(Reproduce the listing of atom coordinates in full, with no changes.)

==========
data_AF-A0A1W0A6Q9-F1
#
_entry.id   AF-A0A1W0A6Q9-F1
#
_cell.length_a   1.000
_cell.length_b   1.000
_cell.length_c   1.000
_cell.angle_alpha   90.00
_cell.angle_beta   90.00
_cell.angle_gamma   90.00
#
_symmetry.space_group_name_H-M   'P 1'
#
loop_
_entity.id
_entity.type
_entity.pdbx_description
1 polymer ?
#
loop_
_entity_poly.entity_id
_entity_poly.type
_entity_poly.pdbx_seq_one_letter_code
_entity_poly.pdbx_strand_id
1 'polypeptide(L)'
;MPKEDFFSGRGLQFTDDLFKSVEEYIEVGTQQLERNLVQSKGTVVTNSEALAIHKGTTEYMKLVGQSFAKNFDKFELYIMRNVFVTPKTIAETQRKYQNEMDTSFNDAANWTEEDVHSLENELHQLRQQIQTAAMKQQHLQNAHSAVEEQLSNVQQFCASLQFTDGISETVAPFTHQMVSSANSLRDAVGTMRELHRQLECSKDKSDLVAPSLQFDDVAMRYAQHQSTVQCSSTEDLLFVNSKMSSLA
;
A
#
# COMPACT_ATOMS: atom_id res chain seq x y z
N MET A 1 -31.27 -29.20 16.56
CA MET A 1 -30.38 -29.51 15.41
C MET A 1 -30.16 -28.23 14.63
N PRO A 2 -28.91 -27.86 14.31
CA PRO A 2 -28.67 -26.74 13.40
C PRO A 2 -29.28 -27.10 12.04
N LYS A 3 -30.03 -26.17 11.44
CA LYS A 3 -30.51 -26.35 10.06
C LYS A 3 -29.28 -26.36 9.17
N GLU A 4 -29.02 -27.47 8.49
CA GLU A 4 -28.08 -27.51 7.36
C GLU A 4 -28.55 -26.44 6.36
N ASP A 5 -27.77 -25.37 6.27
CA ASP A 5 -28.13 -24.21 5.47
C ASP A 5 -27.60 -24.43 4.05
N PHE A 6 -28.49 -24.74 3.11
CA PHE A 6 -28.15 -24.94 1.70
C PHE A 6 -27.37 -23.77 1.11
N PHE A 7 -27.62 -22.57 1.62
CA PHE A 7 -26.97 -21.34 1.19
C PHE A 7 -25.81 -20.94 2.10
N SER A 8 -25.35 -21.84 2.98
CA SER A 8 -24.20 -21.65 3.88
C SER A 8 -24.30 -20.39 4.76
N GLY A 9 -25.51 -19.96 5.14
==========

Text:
data_AF-A0A1W0A6Q9-F1
#
_entry.id   AF-A0A1W0A6Q9-F1
#
_cell.length_a   1.000
_cell.length_b   1.000
_cell.length_c   1.000
_cell.angle_alpha   90.00
_cell.angle_beta   90.00
_cell.angle_gamma   90.00
#
_symmetry.space_group_name_H-M   'P 1'
#
loop_
_entity.id
_entity.type
_entity.pdbx_description
1 polymer ?
#
loop_
_entity_poly.entity_id
_entity_poly.type
_entity_poly.pdbx_seq_one_letter_code
_entity_poly.pdbx_strand_id
1 'polypeptide(L)'
;MPKEDFFSGRGLQFTDDLFKSVEEYIEVGTQQLERNLVQSKGTVVTNSEALAIHKGTTEYMKLVGQSFAKNFDKFELYIMRNVFVTPKTIAETQRKYQNEMDTSFNDAANWTEEDVHSLENELHQLRQQIQTAAMKQQHLQNAHSAVEEQLSNVQQFCASLQFTDGISETVAPFTHQMVSSANSLRDAVGTMRELHRQLECSKDKSDLVAPSLQFDDVAMRYAQHQSTVQCSSTEDLLFVNSKMSSLA
;
A
#
# COMPACT_ATOMS: atom_id res chain seq x y z
N MET A 1 -31.27 -29.20 16.56
CA MET A 1 -30.38 -29.51 15.41
C MET A 1 -30.16 -28.23 14.63
N PRO A 2 -28.91 -27.86 14.31
CA PRO A 2 -28.67 -26.74 13.40
C PRO A 2 -29.28 -27.10 12.04
N LYS A 3 -30.03 -26.17 11.44
CA LYS A 3 -30.51 -26.35 10.06
C LYS A 3 -29.28 -26.36 9.17
N GLU A 4 -29.02 -27.47 8.49
CA GLU A 4 -28.08 -27.51 7.36
C GLU A 4 -28.55 -26.44 6.36
N ASP A 5 -27.77 -25.37 6.27
CA ASP A 5 -28.13 -24.21 5.47
C ASP A 5 -27.60 -24.43 4.05
N PHE A 6 -28.49 -24.74 3.11
CA PHE A 6 -28.15 -24.94 1.70
C PHE A 6 -27.37 -23.77 1.11
N PHE A 7 -27.62 -22.57 1.62
CA PHE A 7 -26.97 -21.34 1.19
C PHE A 7 -25.81 -20.94 2.10
N SER A 8 -25.35 -21.84 2.98
CA SER A 8 -24.20 -21.65 3.88
C SER A 8 -24.30 -20.39 4.76
N GLY A 9 -25.51 -19.96 5.14